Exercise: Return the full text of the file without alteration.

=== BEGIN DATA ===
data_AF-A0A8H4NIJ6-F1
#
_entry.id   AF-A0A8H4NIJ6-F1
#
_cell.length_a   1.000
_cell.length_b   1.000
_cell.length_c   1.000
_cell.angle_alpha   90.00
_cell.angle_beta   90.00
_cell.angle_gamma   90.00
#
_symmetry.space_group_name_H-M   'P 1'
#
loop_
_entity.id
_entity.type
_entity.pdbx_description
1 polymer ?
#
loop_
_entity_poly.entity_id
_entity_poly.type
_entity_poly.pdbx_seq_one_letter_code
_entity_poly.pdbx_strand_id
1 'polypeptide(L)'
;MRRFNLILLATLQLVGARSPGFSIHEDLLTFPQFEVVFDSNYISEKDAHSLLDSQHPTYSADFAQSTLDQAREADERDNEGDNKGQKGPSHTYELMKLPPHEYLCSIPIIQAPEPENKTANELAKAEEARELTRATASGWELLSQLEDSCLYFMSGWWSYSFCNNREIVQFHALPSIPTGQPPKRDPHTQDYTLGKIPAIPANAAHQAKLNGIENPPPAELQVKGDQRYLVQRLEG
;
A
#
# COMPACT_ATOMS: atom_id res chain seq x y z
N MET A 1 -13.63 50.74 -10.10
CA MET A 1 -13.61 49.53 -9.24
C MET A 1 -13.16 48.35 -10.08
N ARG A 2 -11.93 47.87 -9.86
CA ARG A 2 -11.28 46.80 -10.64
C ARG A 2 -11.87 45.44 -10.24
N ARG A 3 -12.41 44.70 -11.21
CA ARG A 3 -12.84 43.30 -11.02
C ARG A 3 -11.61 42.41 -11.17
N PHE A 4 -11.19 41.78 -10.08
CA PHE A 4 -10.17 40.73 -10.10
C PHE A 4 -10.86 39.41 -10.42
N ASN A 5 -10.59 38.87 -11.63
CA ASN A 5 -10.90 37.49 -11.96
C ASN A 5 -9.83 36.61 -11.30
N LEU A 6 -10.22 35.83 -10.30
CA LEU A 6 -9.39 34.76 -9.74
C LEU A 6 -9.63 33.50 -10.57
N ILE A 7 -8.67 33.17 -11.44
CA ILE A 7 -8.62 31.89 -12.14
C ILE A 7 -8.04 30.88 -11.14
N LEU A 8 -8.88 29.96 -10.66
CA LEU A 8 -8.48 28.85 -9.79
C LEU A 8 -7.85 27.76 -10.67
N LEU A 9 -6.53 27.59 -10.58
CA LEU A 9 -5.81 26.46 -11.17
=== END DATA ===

data_AF-A0A8H4NIJ6-F1
#
_entry.id   AF-A0A8H4NIJ6-F1
#
_cell.length_a   1.000
_cell.length_b   1.000
_cell.length_c   1.000
_cell.angle_alpha   90.00
_cell.angle_beta   90.00
_cell.angle_gamma   90.00
#
_symmetry.space_group_name_H-M   'P 1'
#
loop_
_entity.id
_entity.type
_entity.pdbx_description
1 polymer ?
#
loop_
_entity_poly.entity_id
_entity_poly.type
_entity_poly.pdbx_seq_one_letter_code
_entity_poly.pdbx_strand_id
1 'polypeptide(L)'
;MRRFNLILLATLQLVGARSPGFSIHEDLLTFPQFEVVFDSNYISEKDAHSLLDSQHPTYSADFAQSTLDQAREADERDNEGDNKGQKGPSHTYELMKLPPHEYLCSIPIIQAPEPENKTANELAKAEEARELTRATASGWELLSQLEDSCLYFMSGWWSYSFCNNREIVQFHALPSIPTGQPPKRDPHTQDYTLGKIPAIPANAAHQAKLNGIENPPPAELQVKGDQRYLVQRLEG
;
A
#
# COMPACT_ATOMS: atom_id res chain seq x y z
N MET A 1 -13.63 50.74 -10.10
CA MET A 1 -13.61 49.53 -9.24
C MET A 1 -13.16 48.35 -10.08
N ARG A 2 -11.93 47.87 -9.86
CA ARG A 2 -11.28 46.80 -10.64
C ARG A 2 -11.87 45.44 -10.24
N ARG A 3 -12.41 44.70 -11.21
CA ARG A 3 -12.84 43.30 -11.02
C ARG A 3 -11.61 42.41 -11.17
N PHE A 4 -11.19 41.78 -10.08
CA PHE A 4 -10.17 40.73 -10.10
C PHE A 4 -10.86 39.41 -10.42
N ASN A 5 -10.59 38.87 -11.63
CA ASN A 5 -10.90 37.49 -11.96
C ASN A 5 -9.83 36.61 -11.30
N LEU A 6 -10.22 35.83 -10.30
CA LEU A 6 -9.39 34.76 -9.74
C LEU A 6 -9.63 33.50 -10.57
N ILE A 7 -8.67 33.17 -11.44
CA ILE A 7 -8.62 31.89 -12.14
C ILE A 7 -8.04 30.88 -11.14
N LEU A 8 -8.88 29.96 -10.66
CA LEU A 8 -8.48 28.85 -9.79
C LEU A 8 -7.85 27.76 -10.67
N LEU A 9 -6.53 27.59 -10.58
CA LEU A 9 -5.81 26.46 -11.17